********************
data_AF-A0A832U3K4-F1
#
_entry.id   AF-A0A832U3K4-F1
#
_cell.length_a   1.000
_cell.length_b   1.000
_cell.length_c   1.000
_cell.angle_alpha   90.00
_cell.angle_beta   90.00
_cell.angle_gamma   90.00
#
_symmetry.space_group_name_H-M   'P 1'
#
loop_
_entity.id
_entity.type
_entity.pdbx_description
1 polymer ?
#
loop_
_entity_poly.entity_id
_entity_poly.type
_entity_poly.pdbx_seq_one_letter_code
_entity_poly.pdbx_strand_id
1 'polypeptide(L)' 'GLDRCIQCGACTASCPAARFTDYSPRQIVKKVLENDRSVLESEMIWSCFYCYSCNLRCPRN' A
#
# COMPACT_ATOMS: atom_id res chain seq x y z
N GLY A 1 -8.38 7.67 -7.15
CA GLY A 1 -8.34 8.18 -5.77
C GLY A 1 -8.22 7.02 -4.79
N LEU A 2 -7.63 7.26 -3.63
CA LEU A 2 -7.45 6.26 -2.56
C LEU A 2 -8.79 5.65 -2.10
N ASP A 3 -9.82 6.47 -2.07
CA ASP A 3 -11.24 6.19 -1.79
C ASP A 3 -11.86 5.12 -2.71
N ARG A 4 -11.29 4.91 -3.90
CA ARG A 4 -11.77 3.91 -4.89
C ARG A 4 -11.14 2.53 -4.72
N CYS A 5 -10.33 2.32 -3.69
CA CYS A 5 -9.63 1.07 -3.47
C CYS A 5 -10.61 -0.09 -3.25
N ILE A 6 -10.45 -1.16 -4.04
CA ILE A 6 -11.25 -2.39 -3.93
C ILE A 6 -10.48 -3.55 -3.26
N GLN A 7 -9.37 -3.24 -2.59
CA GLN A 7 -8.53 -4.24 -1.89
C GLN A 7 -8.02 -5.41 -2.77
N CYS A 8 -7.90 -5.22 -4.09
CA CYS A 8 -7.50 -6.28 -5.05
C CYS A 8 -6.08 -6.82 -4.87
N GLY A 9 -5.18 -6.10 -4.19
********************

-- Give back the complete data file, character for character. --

data_AF-A0A832U3K4-F1
#
_entry.id   AF-A0A832U3K4-F1
#
_cell.length_a   1.000
_cell.length_b   1.000
_cell.length_c   1.000
_cell.angle_alpha   90.00
_cell.angle_beta   90.00
_cell.angle_gamma   90.00
#
_symmetry.space_group_name_H-M   'P 1'
#
loop_
_entity.id
_entity.type
_entity.pdbx_description
1 polymer ?
#
loop_
_entity_poly.entity_id
_entity_poly.type
_entity_poly.pdbx_seq_one_letter_code
_entity_poly.pdbx_strand_id
1 'polypeptide(L)' 'GLDRCIQCGACTASCPAARFTDYSPRQIVKKVLENDRSVLESEMIWSCFYCYSCNLRCPRN' A
#
# COMPACT_ATOMS: atom_id res chain seq x y z
N GLY A 1 -8.38 7.67 -7.15
CA GLY A 1 -8.34 8.18 -5.77
C GLY A 1 -8.22 7.02 -4.79
N LEU A 2 -7.63 7.26 -3.63
CA LEU A 2 -7.45 6.26 -2.56
C LEU A 2 -8.79 5.65 -2.10
N ASP A 3 -9.82 6.47 -2.07
CA ASP A 3 -11.24 6.19 -1.79
C ASP A 3 -11.86 5.12 -2.71
N ARG A 4 -11.29 4.91 -3.90
CA ARG A 4 -11.77 3.91 -4.89
C ARG A 4 -11.14 2.53 -4.72
N CYS A 5 -10.33 2.32 -3.69
CA CYS A 5 -9.63 1.07 -3.47
C CYS A 5 -10.61 -0.09 -3.25
N ILE A 6 -10.45 -1.16 -4.04
CA ILE A 6 -11.25 -2.39 -3.93
C ILE A 6 -10.48 -3.55 -3.26
N GLN A 7 -9.37 -3.24 -2.59
CA GLN A 7 -8.53 -4.24 -1.89
C GLN A 7 -8.02 -5.41 -2.77
N CYS A 8 -7.90 -5.22 -4.09
CA CYS A 8 -7.50 -6.28 -5.05
C CYS A 8 -6.08 -6.82 -4.87
N GLY A 9 -5.18 -6.10 -4.19